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Chapman urges prayer for ‘one more soul’

NASHVILLE, Tenn. (BP)–Announcing “a prayer initiative to support the Great Commission Resurgence,” Morris H. Chapman called Baptists to each pray for one person to be saved.

Chapman, president of the Southern Baptist Convention’s Executive Committee, issued the call to prayer during the opening session of the EC’s Sept. 21-22 meeting in Nashville, Tenn.

Chapman also announced to EC members his plans to retire effective Sept. 30, 2010. (See separate BP story.)

In his call to prayer for his final year as EC president, Chapman stated:

“I ask all pastors and heads of Southern Baptist organizational life to call your people together. In a spirit of worship, ask all who will to pray for one person every day until that person is saved or one of you dies. Ask them to make their pledge by coming to the altar. While they are standing and/or kneeling, ask them if they will trust God to help them witness to the saving power of Jesus Christ and Him crucified until that person is saved, rejects the Gospel outright, or one of you dies. If and when the person is saved, encourage them to obey the Lord Jesus Christ by following Him in believer’s baptism.

“If you will do this several times during the coming months, those who actively witness as members of your church or organization will multiple significantly. As a result, you may see hundreds, even thousands come to Christ. It’s worth a try. This would be a Great Commission resurgence.

“My prayer is that we shall give our Lord Jesus Christ all the glory, Chapman said, closing by quoting Ephesians 3:20-21: “Now unto him that is able to do exceeding abundantly above all that we ask or think, according to the power that worketh in us, unto him be glory in the church by Christ Jesus throughout all ages, world without end. Amen.”

In a statement issued to Baptist Press, Chapman promised a smooth transition for his successor as Executive Committee president and chief executive officer.

“I am committed to welcoming the incoming president with the same enthusiasm and encouragement that meant so much to me,” Chapman said in his statement, referring to the transition facilitated by his predecessor, the late Harold Bennett, who had served as EC president for 13 years.

“Because Dr. Bennett announced his retirement well in advance, the presidential search committee had sufficient time to organize properly as well as to discuss procedures it would adopt, request nominees to be submitted to the committee, pray for God’s leading, narrow the search, interview top prospects, seek the Lord’s guidance in its final decision, and recommend the person they believed to be God’s man for the task,” Chapman said.

To members of the Executive Committee, Chapman said in his statement, “A deliberative body like the Executive Committee cannot always find total agreement. Consequently, I thank the Lord for the wonderful Christian spirit with which each member has sought to lift up Christ even in the midst of vigorous debate. You have honored Christ in your lives and in your role as SBC representatives to the Executive Committee. I praise the Lord for the privilege of working beside you as we sought to glorify His name in all things. I am especially indebted to the chairmen and officers who have given superb leadership during my tenure.”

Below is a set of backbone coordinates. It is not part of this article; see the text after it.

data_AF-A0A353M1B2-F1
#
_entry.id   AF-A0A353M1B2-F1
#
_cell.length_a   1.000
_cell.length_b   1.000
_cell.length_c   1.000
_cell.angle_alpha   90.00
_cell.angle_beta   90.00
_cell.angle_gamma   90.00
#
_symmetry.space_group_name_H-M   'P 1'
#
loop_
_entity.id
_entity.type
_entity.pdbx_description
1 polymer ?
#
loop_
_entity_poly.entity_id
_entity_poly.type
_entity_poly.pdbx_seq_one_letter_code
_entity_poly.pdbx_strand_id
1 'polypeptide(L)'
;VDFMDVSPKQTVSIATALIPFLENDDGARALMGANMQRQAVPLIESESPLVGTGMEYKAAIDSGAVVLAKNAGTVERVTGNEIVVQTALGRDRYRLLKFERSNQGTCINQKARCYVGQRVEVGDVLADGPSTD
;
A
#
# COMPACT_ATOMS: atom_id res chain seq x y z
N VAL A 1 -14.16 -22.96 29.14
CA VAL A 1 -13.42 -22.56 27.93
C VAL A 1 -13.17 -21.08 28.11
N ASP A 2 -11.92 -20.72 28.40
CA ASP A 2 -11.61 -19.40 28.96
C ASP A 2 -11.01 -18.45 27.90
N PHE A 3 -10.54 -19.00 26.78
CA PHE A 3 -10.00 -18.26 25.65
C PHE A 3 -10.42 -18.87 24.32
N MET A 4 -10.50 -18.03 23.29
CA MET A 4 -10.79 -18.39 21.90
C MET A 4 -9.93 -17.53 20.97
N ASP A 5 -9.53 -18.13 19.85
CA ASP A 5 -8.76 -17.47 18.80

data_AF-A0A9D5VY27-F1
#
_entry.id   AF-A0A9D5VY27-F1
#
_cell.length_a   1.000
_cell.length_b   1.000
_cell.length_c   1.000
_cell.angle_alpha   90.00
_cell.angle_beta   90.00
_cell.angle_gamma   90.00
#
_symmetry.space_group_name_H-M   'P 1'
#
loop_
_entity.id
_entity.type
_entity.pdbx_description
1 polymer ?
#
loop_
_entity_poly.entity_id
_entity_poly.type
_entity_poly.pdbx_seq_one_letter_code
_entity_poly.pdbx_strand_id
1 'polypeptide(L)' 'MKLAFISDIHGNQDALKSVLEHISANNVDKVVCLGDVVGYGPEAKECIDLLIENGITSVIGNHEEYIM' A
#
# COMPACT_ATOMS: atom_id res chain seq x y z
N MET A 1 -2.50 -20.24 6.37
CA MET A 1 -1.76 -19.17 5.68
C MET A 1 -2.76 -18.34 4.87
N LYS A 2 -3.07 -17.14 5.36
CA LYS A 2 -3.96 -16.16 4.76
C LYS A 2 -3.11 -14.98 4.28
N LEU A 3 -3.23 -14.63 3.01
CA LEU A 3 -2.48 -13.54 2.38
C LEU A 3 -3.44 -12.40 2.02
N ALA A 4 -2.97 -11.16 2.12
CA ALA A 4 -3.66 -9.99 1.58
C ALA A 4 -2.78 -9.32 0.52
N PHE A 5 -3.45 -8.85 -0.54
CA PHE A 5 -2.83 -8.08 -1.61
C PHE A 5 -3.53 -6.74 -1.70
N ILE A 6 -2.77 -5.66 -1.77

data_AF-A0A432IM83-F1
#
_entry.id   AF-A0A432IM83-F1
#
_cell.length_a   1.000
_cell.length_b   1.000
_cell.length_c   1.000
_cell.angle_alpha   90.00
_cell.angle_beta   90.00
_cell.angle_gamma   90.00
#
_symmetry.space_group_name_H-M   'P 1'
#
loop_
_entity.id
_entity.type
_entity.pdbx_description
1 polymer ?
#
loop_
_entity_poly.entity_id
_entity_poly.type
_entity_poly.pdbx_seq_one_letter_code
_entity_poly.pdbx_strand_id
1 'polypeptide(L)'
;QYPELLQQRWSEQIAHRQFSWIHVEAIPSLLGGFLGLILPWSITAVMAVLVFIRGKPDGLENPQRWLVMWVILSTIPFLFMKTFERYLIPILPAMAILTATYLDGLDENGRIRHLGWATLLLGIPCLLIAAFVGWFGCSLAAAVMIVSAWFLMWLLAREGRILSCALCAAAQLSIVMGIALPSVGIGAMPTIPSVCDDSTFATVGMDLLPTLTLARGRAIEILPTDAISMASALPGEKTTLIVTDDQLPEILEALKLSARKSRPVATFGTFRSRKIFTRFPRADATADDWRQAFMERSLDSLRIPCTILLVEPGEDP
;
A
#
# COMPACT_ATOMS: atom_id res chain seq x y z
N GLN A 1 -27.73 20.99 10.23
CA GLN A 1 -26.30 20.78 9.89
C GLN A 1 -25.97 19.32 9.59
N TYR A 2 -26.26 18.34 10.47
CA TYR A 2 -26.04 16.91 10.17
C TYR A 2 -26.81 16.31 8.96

Amplifying his call to prayer, Chapman voiced a lament in his statement: “It seems as if we as Southern Baptists have lost our passion for personal evangelism.”

“[T]he consistent testimony of the Book of Acts,” however, is, “The power of the Gospel flowed when the lips of the evangelists moved,” Chapman said. “When the tongue is silent we are no more useful to the Kingdom than a stump in the forest.

“What is God’s part in the salvation of the lost? Of course, He prepares the soil of the human heart to receive the Word of God…. What is our part in salvation of the lost? To tell the Good News — intentionally, willingly, joyfully, courageously, faithfully, obediently and, most of all, prayerfully.”

Soul-winning, Chapman suggested, is “the ultimate spiritual discipline. We can pray … and never tell. We can read the Bible … and never tell. We can fast … and never tell. We can give … and never tell. We can attend … and never tell. We can meditate … and never tell.

“But the moment you open your mouth in witness, you are driven to pray, you are driven to know the Word more fully, you are driven to fast, you are driven to give, you are driven to attend, you are driven to meditate.”

Imagine, Chapman said, if every church in the Southern Baptist Convention adopted a commitment to pray, “Just one more soul, dear Lord. Just one more soul.” “We would see an increase of 45,000 baptisms next year, moving us from 341,000 to almost 400,000,” Chapman said.

“Imagine if every Sunday School class adopted this prayer.” If even five classes per church did so, Chapman said, “This could result in five classes per church, times 45,000 churches, equals 225,000 new souls added to the Kingdom, plus the 341,000 we baptized this year — a record year in baptisms would be reached with little additional effort — just one more soul per class, per church, per pastor, per Executive Committee member, per entity head.”

When a person comes to faith, “pray it all over again. And again, and again, and again,” Chapman said.
Art Toalston is editor of Baptist Press.